By Aaron Ginsburg, Wed, February 1, 2023
President Biden hosted a press conference in NYC to discuss the Hudson River Tunnel Project on 1/31/23; Photo: Michael Appleton/Mayoral Photography Office
President Joe Biden made an appearance at Hudson Yards on Tuesday to announce a $292 million investment for a project that would fix a century-old rail tunnel and build a new one under the river between New York and New Jersey. The $16 billion Hudson River tunnel project is just one part of the broader $30 billion Gateway Project, which includes new bridges and the expansion of Penn Station. The funding announced by Biden will go toward a $649 million project that extends the concrete casing for the tunnels between Penn Station and the Hudson River before any work on the tunnels can actually begin.
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By Diane Pham, Mon, December 12, 2016
Back in January, Amtrak unveiled its $24B Gateway Program, a plan that would overhaul the Hudson River rail tunnels by building a brand new tunnel and repairing another that is currently in disrepair. Work under the plan would also encompass expanding Pennsylvania Station in Manhattan and replacing rail bridges in New Jersey. While details on the course of construction were previously thin, according to draft proposals obtained by Reuters, we now know that work on the new tunnel will begin in 2019, and the West Side Highway could be subject to three years of traffic jams as a result.
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By Michelle Cohen, Tue, October 18, 2016
The $24 billion plan to construct two rail tunnels beneath the Hudson River has been designated a priority, which will get it fast-tracked through environmental and permitting stages and trim development time by a year or more, the Wall Street Journal reports; with construction beginning in 2019, the tunnels could be operational as early as 2024, U.S. Transportation Secretary Anthony Foxx said at a news conference at Penn Station on Friday. Both Amtrak and NJ Transit will use the new tunnels, which are among the first steps in a broader plan by Amtrak find ways to handle double the current number of passenger trains running beneath the Hudson River.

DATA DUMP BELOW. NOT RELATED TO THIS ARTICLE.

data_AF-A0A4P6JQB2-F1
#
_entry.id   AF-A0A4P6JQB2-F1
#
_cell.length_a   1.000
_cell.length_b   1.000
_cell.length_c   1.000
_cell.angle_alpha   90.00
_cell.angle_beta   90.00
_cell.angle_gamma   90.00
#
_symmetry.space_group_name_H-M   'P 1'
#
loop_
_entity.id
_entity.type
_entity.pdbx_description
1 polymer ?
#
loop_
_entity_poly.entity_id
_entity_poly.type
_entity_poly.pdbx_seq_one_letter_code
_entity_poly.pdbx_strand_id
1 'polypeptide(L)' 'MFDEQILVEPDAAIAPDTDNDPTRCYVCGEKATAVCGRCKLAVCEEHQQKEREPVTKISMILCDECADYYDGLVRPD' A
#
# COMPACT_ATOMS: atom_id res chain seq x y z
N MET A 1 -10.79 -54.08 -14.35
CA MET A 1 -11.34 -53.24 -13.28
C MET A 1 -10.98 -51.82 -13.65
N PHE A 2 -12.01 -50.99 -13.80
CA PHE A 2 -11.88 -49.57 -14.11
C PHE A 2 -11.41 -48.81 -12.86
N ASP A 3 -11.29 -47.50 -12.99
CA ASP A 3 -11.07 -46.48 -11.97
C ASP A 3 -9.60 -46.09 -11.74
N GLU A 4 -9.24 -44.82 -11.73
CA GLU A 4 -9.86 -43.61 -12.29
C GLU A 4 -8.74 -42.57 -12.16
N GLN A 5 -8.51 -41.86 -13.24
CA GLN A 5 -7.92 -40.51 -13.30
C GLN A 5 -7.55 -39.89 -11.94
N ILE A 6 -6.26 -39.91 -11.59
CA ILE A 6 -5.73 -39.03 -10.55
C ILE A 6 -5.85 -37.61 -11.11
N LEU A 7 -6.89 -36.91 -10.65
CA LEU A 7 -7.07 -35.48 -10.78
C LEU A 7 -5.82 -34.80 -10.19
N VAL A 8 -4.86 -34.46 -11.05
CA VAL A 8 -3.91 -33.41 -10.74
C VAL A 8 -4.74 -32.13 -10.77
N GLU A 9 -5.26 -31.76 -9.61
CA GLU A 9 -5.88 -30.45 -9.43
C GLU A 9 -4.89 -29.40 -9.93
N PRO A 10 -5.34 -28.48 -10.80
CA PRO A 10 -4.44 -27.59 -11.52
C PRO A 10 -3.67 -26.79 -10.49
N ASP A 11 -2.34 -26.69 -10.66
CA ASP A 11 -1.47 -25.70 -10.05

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By Dana Schulz, Mon, May 23, 2016
Just two months ago, the state allocated $70 million for early engineering work on a new Hudson River tunnel, part of the larger $20 billion Gateway project to fix the crumbling, century-old tunnels that currently carry New Jersey Transit and Amtrak trains under the Hudson River. Despite the move forward, a traffic consultant from Delaware thinks he has a better idea.
NJ.com shared Scott R. Spencer’s proposal for twin suspension bridges that would stretch 3.5 miles from New Jersey, across Manhattan at 38th and 39th Streets, and in to Queens. He believes the plan, aptly titled the Empire State Gateway, would be a much quicker solution to the current transportation woes, with one bridge taking about five years to complete versus 20+ years for the tunnels. Spencer’s idea, however, would also cost $20 billion, and as Untapped points out, would cast quite the shadow over Midtown (not to mention the countless approvals and variances it would require).
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By Dana Schulz, Thu, January 21, 2016
Click here to enlarge overview map >>
When Governor Cuomo announced his $3 billion revamp of Penn Station earlier this month, skeptics were quick to point out that all the glassy new structures and reconfiguration of waiting rooms won’t do anything to help the fact that the Hudson River rail tunnels are crumbling. Clearly on the same page, Amtrak announced yesterday a detailed overview of the entire infrastructure project, and it comes in at a whopping $23.9 billion.
According to the Times, “the largest share of about $7.7 billion [will go towards] building the new Hudson tunnel and repairing the existing tunnel. The project includes a host of other elements, including expanding Pennsylvania Station in Manhattan at an estimated cost of $5.9 billion, and replacing rail bridges in New Jersey.”
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By Dana Schulz, Thu, October 29, 2015
People are getting fed up with the century-old, crumbling Hudson River tunnels. One Jersey resident even went so far as to hire an architecture firm to design a sky bridge connecting Jersey City to Battery Park City. But grand visions aside, the state of the infrastructure is serious. To illustrate this point, but make it a bit more simple to digest, the Regional Plan Association has released a three-minute animated video called “Tunnel Trouble” that, as Crain’s puts it, “shows a hellish commute for New Jersey Transit and Amtrak riders if new tunnels are not built.” The narrator states, “they are the biggest bottleneck in the metro region’s transit network, causing delays that ripple up and down the northeast corridor.”
Learn more and watch the video